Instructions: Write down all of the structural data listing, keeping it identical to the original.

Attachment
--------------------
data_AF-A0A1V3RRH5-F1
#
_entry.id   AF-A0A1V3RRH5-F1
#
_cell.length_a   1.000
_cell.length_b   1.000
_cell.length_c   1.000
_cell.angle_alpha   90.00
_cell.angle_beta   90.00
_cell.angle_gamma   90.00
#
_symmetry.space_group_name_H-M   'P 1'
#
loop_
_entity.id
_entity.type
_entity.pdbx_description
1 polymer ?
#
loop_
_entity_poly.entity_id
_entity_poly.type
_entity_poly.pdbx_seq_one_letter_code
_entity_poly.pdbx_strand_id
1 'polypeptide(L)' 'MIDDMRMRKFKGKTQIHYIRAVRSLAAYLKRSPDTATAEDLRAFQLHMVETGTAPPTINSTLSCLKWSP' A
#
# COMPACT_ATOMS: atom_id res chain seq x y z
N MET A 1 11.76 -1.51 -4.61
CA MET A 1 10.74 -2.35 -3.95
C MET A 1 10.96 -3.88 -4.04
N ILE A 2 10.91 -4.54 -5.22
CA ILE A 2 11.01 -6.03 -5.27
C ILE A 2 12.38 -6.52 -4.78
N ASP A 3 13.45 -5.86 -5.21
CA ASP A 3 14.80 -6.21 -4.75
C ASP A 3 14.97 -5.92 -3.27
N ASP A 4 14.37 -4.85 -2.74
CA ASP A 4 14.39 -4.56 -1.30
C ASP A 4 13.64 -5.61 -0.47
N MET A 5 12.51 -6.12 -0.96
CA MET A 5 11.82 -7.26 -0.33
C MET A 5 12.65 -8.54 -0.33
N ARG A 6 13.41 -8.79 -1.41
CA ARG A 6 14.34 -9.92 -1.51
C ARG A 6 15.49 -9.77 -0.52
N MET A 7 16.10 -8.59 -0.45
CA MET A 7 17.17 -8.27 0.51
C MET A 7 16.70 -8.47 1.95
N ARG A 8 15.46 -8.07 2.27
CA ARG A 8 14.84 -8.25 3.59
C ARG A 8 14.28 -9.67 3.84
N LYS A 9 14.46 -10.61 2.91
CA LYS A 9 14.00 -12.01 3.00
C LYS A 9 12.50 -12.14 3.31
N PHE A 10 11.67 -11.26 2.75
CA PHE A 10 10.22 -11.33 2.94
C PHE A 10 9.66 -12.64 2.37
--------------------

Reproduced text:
data_AF-A0A1V3RRH5-F1
#
_entry.id   AF-A0A1V3RRH5-F1
#
_cell.length_a   1.000
_cell.length_b   1.000
_cell.length_c   1.000
_cell.angle_alpha   90.00
_cell.angle_beta   90.00
_cell.angle_gamma   90.00
#
_symmetry.space_group_name_H-M   'P 1'
#
loop_
_entity.id
_entity.type
_entity.pdbx_description
1 polymer ?
#
loop_
_entity_poly.entity_id
_entity_poly.type
_entity_poly.pdbx_seq_one_letter_code
_entity_poly.pdbx_strand_id
1 'polypeptide(L)' 'MIDDMRMRKFKGKTQIHYIRAVRSLAAYLKRSPDTATAEDLRAFQLHMVETGTAPPTINSTLSCLKWSP' A
#
# COMPACT_ATOMS: atom_id res chain seq x y z
N MET A 1 11.76 -1.51 -4.61
CA MET A 1 10.74 -2.35 -3.95
C MET A 1 10.96 -3.88 -4.04
N ILE A 2 10.91 -4.54 -5.22
CA ILE A 2 11.01 -6.03 -5.27
C ILE A 2 12.38 -6.52 -4.78
N ASP A 3 13.45 -5.86 -5.21
CA ASP A 3 14.80 -6.21 -4.75
C ASP A 3 14.97 -5.92 -3.27
N ASP A 4 14.37 -4.85 -2.74
CA ASP A 4 14.39 -4.56 -1.30
C ASP A 4 13.64 -5.61 -0.47
N MET A 5 12.51 -6.12 -0.96
CA MET A 5 11.82 -7.26 -0.33
C MET A 5 12.65 -8.54 -0.33
N ARG A 6 13.41 -8.79 -1.41
CA ARG A 6 14.34 -9.92 -1.51
C ARG A 6 15.49 -9.77 -0.52
N MET A 7 16.10 -8.59 -0.45
CA MET A 7 17.17 -8.27 0.51
C MET A 7 16.70 -8.47 1.95
N ARG A 8 15.46 -8.07 2.27
CA ARG A 8 14.84 -8.25 3.59
C ARG A 8 14.28 -9.67 3.84
N LYS A 9 14.46 -10.61 2.91
CA LYS A 9 14.00 -12.01 3.00
C LYS A 9 12.50 -12.14 3.31
N PHE A 10 11.67 -11.26 2.75
CA PHE A 10 10.22 -11.33 2.94
C PHE A 10 9.66 -12.64 2.37